IPRT launched “It’s like stepping on a landmine…” – Reintegration of Prisoners in Ireland at the MACRO Community Centre in the Markets Area of Dublin North Inner City. The report highlights the strenuous efforts of so many community projects and non-statutory agencies, providing services and support to released prisoners; and the setting of MACRO seemed to reflect the admiration in the report for community projects and the work they do.
One of the speakers, Pat Conway, Director of Services for Adults at NIACRO, held up the report and claimed that he could slap the word ‘Northern’ in the title and apply it easily to the situation in Northern Ireland. This may seem obvious I suppose, but it surprised me and left me with that sinking feeling that this was most likely the case in many countries - Governments can afford to fail at supporting prisoners because the horrible truth is that few people care. If society as a whole doesn’t really give a damn about the problem, a government can afford to ignore it as they see fit.
This apathy is exactly why it was so important to hear from Joseph, a former prisoner and current student, who spoke at the launch and provided a personal reflection of leaving prison. Joseph’s description of the fear that he experienced as the sentence draws to its close sounded horrific. From the report itself, I learned that wanting to avail of the information available (woeful though it is) was considered a weakness by inmates and prison officers. So how do you cope if you have no information about how to handle release, and you feel like you can’t ask, and your dread at the prospect is rising?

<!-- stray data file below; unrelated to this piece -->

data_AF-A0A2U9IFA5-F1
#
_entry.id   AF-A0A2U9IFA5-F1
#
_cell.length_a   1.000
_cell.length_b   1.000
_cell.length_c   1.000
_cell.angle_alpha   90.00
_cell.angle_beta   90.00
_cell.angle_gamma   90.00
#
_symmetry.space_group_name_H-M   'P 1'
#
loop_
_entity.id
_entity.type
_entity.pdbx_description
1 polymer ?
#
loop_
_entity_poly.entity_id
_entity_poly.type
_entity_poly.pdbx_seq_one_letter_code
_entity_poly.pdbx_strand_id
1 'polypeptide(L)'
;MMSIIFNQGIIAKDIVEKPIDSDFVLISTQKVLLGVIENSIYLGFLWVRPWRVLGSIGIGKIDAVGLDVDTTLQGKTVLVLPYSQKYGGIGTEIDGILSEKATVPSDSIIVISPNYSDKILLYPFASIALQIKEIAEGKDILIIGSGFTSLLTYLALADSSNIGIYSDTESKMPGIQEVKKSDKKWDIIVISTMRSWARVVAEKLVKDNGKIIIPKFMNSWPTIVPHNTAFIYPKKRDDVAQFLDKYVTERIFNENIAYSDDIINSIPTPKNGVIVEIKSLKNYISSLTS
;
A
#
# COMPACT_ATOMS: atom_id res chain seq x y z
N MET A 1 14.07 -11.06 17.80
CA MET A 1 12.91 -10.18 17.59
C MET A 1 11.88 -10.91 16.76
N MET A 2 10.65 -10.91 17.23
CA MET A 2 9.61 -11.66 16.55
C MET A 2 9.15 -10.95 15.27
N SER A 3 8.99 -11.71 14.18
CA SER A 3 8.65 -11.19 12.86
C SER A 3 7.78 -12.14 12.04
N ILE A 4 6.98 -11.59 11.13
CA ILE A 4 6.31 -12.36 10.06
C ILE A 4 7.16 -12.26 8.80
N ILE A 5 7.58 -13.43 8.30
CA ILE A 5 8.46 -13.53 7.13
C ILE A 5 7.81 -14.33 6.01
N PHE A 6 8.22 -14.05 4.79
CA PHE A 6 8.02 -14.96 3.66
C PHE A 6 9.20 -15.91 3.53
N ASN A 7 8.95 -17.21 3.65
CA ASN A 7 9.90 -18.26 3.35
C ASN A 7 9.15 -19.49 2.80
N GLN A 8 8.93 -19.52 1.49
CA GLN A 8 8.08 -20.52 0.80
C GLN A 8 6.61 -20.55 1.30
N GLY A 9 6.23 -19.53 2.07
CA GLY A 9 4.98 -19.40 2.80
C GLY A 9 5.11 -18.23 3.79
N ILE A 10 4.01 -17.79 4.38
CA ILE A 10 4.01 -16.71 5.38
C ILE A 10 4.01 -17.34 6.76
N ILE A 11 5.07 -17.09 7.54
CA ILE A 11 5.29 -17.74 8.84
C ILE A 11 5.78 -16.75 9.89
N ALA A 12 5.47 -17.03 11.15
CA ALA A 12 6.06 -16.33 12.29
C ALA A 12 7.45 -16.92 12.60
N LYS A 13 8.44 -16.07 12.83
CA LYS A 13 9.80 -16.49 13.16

There were a lot of these moments, moments in which I realised I had never previously considered the reality for a released prisoner. Lisa Cuthbert from PACE spoke about certain released prisoners, perhaps older men from rural communities, who would never return to their homes, and would live the rest of their lives in housing projects run for former prisoners. IPRT’s Agnieszka described a haphazard and chaotic administration, a system which uses temporary release as a valve to relieve pressure, a system which cannot guarantee any support on release, and a system that may not even provide the most basic information.
The provision of information in prison, the ability of prisoners to access that information which they require to equip themselves for release, seems like a basic aspiration. Realising that this information was not routinely available is shocking. Something so simple and effective, and yet so lacking, is inexcusable. This may have been the overwhelming impression left by the event; small, well-aimed changes, could deliver disproportionately beneficial results. I think beginning with the provision of information would be a good place to start.
* This week’s blog entry was prepared by Lynsey Black, one of our two current interns, who gave her perspective on encountering direct prisoner experiences of release at IPRT’s recent report launch.